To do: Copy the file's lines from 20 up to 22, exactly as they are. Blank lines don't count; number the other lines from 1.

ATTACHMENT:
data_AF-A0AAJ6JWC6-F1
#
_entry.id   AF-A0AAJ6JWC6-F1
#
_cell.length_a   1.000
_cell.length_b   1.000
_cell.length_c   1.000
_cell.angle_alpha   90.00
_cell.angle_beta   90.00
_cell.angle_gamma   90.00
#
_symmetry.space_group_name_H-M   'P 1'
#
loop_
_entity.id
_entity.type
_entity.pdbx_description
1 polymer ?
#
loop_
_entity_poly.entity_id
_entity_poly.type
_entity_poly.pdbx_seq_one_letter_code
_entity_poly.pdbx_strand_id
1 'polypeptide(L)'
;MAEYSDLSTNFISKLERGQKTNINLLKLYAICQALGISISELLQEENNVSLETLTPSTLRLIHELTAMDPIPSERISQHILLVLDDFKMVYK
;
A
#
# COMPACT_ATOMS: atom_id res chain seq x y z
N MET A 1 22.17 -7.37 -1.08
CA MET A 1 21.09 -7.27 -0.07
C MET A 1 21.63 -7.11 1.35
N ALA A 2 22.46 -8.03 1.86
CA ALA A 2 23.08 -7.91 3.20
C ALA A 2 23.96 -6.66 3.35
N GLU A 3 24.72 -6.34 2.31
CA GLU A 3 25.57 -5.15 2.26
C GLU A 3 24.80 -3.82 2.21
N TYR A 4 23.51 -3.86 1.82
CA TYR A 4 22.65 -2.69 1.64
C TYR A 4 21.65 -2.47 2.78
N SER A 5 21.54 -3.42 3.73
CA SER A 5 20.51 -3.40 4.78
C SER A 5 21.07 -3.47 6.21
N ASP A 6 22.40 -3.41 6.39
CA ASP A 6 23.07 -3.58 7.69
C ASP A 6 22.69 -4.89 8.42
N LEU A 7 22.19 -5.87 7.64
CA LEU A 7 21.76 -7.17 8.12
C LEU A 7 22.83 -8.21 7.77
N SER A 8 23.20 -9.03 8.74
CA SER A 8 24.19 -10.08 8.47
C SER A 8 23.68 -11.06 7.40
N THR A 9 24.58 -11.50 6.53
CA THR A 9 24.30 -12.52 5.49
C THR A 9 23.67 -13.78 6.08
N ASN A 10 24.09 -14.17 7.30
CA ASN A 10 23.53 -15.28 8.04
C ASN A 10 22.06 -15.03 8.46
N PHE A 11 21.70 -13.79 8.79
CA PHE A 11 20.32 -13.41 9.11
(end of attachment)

loop_
_entity_poly.entity_id
_entity_poly.type